Differentiating Between Drought and Root Rot
Dr. Ben Faber, soils/water/subtropical crops advisor for Ventura and Santa Barbara Counties, recently shared a blog post about the steps California avocado growers can take to determine whether a tree is afflicted by drought or Avocado Root Rot. Following is a summary of his recommendations.
The first step is to assess the tree’s canopy. Step back and take a look at the overall canopy to assess the level of thinning and dieback. Now examine the leaves up close. Are the leaves limp, yellowing, have tip burn and are topped with lots of flowers? Is the fruit sunburned? These are signs that the tree is under stress and doesn’t have the energy to produce and maintain healthy leaves.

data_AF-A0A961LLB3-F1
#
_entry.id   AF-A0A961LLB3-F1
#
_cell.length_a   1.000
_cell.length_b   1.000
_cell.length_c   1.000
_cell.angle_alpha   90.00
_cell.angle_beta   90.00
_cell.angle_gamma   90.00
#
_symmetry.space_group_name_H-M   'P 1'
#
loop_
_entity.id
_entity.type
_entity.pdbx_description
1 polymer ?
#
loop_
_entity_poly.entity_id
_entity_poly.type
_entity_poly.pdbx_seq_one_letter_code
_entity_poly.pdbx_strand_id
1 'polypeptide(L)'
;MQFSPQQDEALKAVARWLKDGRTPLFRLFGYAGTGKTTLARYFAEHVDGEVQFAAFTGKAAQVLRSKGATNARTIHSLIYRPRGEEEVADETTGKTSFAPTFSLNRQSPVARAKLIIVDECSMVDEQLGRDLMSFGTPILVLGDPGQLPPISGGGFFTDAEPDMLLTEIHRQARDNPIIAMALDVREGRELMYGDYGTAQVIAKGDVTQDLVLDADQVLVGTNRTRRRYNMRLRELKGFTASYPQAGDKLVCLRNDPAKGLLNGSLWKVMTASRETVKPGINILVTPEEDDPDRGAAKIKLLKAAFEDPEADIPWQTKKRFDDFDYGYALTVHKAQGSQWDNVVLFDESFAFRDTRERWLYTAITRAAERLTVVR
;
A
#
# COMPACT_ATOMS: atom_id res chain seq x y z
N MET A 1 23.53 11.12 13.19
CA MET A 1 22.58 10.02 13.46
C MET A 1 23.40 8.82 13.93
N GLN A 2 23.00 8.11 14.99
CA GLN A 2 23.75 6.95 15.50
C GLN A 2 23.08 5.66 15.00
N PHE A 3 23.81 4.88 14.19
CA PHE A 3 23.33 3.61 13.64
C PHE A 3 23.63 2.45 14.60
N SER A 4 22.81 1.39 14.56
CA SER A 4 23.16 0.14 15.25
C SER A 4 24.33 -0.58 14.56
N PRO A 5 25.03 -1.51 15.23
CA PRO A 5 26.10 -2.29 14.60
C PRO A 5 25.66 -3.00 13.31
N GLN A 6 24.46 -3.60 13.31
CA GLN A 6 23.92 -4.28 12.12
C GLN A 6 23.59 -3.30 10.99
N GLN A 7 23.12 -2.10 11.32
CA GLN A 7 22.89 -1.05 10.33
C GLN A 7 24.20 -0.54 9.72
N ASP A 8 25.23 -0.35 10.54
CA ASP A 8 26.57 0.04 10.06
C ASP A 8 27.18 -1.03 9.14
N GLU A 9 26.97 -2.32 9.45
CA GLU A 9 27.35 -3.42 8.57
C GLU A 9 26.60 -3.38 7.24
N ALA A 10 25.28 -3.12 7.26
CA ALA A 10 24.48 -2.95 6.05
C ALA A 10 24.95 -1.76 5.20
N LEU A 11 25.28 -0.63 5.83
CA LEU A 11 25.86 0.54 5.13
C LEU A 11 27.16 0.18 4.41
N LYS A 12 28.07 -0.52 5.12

Having collected observations of the canopy, now it’s time to look at the ground surrounding the tree. If there’s not natural leaf mulch beneath the tree, this also is indicative that the tree is stressed and is struggling to take up water. The issue could be a lack of water (poor irrigation timing, amounts or distribution) or a lack of roots (Avocado Root Rot).
To determine whether the water uptake issues are due to poor irrigation or Avocado Root Rot, apply water and observe the tree for a couple of days. Does the tree perk up within two days of irrigation? If not, it’s time to dig into the soil around the tree to observe the tree’s roots.
Upon digging, if you observe no roots, only large roots or small roots that are blackened and brittle the tree most likely has Avocado Root Rot. This can be verified with a lab test, but Dr. Faber notes that during certain times of the year and with certain disease conditions, the test results can return a false negative. If you suspect Avocado Root Rot and the lab test comes back negative, it’s best to retest with another sample later in the season.